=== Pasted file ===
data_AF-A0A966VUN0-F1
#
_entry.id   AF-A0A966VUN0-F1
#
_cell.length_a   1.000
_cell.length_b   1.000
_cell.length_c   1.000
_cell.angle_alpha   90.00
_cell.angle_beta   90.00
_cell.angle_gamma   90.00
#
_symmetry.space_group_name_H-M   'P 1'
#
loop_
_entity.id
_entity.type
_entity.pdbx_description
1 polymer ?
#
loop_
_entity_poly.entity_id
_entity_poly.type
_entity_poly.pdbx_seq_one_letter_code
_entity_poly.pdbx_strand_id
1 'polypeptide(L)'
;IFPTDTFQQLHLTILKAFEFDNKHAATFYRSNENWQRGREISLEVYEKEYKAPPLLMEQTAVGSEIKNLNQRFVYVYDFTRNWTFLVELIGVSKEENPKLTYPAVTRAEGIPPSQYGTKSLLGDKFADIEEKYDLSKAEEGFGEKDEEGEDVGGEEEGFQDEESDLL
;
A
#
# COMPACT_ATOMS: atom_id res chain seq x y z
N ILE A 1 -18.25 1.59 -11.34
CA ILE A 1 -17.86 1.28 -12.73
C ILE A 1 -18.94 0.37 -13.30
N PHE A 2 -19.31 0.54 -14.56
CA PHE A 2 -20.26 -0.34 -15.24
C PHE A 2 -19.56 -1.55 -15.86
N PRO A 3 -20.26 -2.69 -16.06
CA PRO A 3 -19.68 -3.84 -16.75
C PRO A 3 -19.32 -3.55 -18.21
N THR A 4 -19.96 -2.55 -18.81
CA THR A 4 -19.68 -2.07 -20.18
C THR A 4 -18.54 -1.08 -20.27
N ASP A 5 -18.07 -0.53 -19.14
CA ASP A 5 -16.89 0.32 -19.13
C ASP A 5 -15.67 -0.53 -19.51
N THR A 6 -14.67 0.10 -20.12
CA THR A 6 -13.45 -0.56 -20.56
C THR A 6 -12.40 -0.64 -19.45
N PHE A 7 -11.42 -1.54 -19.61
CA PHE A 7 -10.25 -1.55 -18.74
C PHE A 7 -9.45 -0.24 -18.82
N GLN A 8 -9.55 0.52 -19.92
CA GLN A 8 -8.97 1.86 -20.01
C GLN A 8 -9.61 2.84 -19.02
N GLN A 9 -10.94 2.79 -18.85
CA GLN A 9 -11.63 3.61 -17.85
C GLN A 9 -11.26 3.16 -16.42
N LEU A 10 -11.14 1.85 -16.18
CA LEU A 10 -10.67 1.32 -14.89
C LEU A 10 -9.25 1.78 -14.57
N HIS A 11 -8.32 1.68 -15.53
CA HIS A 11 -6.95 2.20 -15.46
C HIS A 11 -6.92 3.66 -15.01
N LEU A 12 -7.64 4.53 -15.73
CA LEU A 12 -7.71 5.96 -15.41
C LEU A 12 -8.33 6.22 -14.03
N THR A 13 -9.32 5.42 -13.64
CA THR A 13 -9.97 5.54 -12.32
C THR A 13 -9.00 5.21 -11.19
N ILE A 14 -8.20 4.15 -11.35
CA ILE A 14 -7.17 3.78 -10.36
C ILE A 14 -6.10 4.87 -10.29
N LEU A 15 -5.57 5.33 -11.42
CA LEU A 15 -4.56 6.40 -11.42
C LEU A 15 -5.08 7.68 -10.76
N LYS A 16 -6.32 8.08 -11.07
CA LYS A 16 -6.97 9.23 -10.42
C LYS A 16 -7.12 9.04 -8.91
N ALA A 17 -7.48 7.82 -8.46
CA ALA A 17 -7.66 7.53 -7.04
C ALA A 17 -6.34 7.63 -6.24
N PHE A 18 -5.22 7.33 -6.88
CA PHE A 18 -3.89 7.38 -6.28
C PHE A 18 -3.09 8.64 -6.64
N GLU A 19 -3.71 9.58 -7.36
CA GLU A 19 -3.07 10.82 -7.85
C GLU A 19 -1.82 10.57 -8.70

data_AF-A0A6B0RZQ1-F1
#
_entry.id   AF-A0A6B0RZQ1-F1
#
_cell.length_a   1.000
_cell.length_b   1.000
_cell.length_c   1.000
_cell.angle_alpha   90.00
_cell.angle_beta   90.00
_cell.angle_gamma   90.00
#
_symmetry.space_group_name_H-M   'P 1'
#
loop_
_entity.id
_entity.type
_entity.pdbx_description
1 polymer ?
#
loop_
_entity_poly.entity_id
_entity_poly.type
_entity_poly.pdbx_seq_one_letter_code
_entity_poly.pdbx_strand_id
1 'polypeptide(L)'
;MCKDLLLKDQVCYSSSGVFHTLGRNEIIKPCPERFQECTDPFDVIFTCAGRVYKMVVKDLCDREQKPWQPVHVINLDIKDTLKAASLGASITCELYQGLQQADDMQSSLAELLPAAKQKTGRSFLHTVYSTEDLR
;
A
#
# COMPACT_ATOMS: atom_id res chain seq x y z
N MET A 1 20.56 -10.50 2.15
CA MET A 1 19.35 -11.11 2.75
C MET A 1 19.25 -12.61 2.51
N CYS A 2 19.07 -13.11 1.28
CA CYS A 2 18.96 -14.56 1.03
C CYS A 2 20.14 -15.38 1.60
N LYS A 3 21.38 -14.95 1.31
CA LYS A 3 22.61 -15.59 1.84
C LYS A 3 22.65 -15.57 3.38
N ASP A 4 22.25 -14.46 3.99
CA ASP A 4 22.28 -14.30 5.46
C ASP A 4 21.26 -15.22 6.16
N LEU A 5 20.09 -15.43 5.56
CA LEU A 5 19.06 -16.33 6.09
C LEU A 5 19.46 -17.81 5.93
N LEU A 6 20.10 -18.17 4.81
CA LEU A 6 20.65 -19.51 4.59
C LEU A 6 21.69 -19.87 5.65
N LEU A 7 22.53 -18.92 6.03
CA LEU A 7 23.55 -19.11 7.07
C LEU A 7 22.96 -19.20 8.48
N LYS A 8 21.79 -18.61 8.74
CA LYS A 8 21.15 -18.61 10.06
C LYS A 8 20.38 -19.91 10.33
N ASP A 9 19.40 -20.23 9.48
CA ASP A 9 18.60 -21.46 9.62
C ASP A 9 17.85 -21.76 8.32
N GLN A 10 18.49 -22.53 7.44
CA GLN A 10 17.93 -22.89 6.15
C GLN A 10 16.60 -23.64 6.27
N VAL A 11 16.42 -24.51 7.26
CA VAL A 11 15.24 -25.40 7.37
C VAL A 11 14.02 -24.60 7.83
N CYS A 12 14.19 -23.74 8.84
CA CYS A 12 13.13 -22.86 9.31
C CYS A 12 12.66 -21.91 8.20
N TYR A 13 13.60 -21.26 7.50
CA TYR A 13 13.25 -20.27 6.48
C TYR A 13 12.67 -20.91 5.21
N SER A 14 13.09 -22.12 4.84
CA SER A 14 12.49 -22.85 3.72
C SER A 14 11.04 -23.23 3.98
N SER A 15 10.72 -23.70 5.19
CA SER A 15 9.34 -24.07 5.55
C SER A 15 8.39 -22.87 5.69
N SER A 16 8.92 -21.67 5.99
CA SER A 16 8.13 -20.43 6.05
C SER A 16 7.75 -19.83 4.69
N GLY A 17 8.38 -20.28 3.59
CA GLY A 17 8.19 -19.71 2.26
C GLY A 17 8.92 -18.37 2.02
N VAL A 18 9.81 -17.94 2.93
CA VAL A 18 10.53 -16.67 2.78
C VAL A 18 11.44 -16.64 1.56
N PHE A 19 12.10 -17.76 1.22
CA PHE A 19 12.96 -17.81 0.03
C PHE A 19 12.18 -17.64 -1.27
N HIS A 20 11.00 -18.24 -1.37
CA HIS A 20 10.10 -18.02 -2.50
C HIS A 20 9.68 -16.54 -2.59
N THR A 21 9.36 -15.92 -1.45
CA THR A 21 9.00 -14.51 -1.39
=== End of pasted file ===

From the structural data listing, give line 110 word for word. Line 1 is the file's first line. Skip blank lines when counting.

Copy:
_entity_poly.pdbx_seq_one_letter_code